core drill

Dry vs. Wet Core Drilling: What's the Difference?

Drilling has many uses for a wide range of industries because of its efficiency in cutting concrete. Concrete is one of the hardest materials used in construction. If you want to create holes in concrete, then drilling is the way to go. 
This article will highlight the key differences between wet and dry core drilling and how to choose the proper method. 

How Do You Choose the Right Core Bit? 


A core drill bit is a special process used to create cylindrical shapes in different materials, including concrete, pipes, and electrical fencing. This requires powerful drilling equipment (like core drills and diamond blades) that cuts accurately through the material.  
When choosing your coring tools, you'll need first to know which material you're cutting and the environment you're working in (i.e. if it is wet or dry). The more you know about these factors, the more you avoid core bit repair. 

 
Wet Drilling 


We drilling is when you use water to ease the drill piece onto your chosen material. The drill has a hollow core that helps remove the core from the hole. This often results in a nice, smooth center.  
You would use wet drilling for plumbing projects. It's also suitable for pipes, maintenance holes, or drilling in concrete and brick. 
The advantages outweigh the fact that it requires a water source. It's considered to be the faster drilling method. It flushes out the cut and controls the dust. In addition to that, it also has a longer-lasting bit and a more durable wall.  
Further characteristics of wet drilling include: 

  • It requires a water source to function. 
  • The industry standard size of a wet core drill bit is 1-1/4" - 7 arbor thread size.  
  • It has a 15.5" barrel length.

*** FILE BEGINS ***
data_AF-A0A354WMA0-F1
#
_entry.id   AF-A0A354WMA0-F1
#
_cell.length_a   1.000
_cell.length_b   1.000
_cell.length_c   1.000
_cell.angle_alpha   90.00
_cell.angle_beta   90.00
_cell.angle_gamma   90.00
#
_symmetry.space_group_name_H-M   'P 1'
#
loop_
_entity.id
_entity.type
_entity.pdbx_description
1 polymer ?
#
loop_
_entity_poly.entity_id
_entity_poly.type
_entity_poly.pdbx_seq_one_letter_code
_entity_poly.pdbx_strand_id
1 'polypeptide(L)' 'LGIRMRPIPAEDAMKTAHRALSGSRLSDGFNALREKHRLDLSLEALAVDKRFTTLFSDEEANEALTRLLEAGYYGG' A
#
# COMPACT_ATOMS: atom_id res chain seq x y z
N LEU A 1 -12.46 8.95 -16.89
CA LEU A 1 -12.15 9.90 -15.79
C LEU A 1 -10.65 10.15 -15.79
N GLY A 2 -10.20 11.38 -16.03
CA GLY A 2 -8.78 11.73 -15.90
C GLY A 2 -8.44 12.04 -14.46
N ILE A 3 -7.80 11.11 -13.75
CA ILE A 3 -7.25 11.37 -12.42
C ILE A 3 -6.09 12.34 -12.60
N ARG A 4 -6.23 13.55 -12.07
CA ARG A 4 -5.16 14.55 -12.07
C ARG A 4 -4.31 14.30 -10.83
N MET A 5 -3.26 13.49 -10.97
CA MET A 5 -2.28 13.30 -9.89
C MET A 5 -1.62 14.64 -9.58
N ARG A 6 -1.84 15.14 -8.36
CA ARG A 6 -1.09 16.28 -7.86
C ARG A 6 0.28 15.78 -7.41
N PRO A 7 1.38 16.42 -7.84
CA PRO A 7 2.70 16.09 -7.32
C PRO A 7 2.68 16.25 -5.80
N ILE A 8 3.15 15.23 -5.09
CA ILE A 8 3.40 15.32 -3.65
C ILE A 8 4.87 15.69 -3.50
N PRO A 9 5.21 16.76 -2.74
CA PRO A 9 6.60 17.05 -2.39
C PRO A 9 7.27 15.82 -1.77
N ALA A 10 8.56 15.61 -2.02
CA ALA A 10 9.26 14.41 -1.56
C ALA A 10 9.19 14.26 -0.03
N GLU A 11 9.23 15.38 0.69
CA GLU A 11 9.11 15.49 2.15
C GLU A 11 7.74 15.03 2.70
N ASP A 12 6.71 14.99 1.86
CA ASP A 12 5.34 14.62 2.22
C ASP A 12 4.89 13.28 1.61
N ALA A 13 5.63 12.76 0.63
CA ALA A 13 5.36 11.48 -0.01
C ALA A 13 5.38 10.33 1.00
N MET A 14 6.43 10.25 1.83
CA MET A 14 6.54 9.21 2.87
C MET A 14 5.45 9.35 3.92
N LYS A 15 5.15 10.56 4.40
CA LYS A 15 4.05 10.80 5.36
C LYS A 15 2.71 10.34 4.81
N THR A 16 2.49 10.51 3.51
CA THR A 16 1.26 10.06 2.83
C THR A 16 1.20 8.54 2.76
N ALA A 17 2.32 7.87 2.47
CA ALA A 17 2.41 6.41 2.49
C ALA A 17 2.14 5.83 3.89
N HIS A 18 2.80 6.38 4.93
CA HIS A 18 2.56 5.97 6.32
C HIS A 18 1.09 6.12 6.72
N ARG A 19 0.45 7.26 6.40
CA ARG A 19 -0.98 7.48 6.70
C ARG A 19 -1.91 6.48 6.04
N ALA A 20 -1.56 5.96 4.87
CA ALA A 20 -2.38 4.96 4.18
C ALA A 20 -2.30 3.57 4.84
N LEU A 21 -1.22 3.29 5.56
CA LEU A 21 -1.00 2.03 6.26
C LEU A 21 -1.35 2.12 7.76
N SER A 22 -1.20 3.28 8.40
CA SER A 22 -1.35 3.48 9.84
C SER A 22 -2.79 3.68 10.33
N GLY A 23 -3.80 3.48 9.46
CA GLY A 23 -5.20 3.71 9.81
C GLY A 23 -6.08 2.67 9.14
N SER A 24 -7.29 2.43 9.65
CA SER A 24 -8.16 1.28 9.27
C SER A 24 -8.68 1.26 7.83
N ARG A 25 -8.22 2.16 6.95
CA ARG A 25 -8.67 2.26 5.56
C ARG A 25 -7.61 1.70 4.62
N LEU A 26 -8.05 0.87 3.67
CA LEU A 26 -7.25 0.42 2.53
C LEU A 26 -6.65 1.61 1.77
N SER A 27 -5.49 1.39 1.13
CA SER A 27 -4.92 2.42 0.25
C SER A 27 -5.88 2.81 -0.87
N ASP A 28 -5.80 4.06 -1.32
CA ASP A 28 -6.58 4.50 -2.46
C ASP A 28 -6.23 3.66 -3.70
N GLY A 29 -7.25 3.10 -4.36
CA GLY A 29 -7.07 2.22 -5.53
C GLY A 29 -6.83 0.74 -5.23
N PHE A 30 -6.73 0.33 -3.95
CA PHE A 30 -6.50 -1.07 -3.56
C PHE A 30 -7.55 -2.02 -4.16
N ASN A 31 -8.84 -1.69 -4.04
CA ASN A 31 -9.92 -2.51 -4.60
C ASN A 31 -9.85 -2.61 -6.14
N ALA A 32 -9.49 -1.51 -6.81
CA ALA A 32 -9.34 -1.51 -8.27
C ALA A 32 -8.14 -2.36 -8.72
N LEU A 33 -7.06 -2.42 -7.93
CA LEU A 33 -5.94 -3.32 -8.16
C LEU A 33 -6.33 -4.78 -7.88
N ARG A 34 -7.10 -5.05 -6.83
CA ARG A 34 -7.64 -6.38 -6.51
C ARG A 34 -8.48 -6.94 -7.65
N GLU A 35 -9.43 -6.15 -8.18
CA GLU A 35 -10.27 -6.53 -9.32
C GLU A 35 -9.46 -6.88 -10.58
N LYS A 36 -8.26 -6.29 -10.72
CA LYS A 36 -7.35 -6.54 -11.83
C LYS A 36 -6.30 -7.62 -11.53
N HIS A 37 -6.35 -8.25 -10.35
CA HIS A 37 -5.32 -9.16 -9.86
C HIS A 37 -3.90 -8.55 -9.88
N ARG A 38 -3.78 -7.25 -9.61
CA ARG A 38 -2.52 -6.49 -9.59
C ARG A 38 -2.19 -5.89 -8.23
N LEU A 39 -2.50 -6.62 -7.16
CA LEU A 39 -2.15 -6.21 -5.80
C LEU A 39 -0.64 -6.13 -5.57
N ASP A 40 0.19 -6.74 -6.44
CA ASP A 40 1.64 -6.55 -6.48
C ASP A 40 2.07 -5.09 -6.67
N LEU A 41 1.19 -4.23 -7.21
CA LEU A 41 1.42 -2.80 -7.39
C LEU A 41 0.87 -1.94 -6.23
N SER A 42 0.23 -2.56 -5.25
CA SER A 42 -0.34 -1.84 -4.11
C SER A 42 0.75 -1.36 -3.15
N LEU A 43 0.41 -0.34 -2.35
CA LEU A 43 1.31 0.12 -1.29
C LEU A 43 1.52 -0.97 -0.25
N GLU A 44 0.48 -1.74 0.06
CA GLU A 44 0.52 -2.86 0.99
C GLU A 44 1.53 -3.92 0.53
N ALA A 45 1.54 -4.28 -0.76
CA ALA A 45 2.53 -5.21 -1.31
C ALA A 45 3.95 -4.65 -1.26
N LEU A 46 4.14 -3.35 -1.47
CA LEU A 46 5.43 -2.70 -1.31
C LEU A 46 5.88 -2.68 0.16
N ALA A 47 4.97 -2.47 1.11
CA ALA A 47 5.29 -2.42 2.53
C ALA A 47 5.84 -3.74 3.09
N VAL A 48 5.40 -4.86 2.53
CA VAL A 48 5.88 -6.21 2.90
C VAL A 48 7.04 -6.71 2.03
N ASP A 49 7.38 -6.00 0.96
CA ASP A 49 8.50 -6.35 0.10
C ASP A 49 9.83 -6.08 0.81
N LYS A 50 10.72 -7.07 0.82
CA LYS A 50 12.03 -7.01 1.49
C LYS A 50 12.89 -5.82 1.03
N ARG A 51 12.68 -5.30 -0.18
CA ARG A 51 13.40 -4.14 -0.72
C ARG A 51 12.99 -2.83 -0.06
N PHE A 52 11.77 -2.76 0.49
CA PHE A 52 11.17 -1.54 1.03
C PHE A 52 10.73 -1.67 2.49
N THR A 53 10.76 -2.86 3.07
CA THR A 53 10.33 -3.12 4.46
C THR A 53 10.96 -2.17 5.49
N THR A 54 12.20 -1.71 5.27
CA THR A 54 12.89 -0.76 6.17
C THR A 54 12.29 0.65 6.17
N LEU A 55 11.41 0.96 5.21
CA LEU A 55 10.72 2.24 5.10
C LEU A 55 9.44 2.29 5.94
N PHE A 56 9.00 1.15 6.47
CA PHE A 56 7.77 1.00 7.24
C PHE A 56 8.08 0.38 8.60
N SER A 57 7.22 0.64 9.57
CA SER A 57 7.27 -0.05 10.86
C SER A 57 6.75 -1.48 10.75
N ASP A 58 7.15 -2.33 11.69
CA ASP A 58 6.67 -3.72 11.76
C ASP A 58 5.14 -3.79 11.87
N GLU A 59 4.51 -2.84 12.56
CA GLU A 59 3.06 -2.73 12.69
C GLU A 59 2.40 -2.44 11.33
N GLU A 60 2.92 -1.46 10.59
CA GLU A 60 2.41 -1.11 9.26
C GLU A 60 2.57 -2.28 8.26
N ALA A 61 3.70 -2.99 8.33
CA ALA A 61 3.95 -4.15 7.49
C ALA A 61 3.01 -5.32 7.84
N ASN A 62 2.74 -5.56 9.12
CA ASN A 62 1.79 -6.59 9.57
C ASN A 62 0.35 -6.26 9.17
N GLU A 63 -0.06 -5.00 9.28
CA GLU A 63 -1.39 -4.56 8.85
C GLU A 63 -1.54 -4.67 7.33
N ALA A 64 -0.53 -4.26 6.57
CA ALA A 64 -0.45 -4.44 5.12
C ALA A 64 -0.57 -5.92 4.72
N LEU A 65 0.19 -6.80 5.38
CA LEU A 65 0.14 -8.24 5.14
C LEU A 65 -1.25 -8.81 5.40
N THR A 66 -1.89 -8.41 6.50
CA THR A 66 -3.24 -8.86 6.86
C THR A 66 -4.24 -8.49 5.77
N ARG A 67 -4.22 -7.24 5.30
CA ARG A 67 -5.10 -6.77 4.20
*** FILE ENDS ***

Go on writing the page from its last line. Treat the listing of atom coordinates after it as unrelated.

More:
• The job site needs to have a water containment.  

Be careful of the following: too much water means that the dust particles may be washed away. This prevents the diamonds in the drill from being exposed and cut properly. You should add just enough water to have a thick, creamy substance. 
 

Dry Drilling  


Dry drilling is when you drill in a dry environment. There may be times when water is not accessible or if there is an electric power line nearby. Then it is more beneficial to use dry drilling.  
A dry core bit can be used on a standard core drill or a rotary drill hammer. It's best to use an adapter to have better control over the bit. The best materials for dry drilling include soft concrete, brick, and block. It's also better suited for horizontal drilling. 
Fortunately, water is not the only way to ensure the removal of dust. There are quite a few ventilation systems that can reduce the amount of dust in your work environment. This makes dry drilling a little bit easier.   


Further characteristics of dry drilling include: 

  • You do not need a water source.  
  • The dust from the concrete may be harmful.  
  • The job site may require dust containment.  
  • The industry standard size of a dry core drill bit is 5/8" - 11 arbor thread size. 
  • It has a 10" barrel depth. 

 
Our Recommendation for Core Drilling 


If your job allows for it, we recommend using wet core drilling. It's the more powerful option that tends to avoid the harmful effects of dust. Dry drilling is more suitable for DIY users.  


Are you looking for diamond blades in your upcoming job? Then contact us for more information about our wide range of blades and tools for your project. 
 

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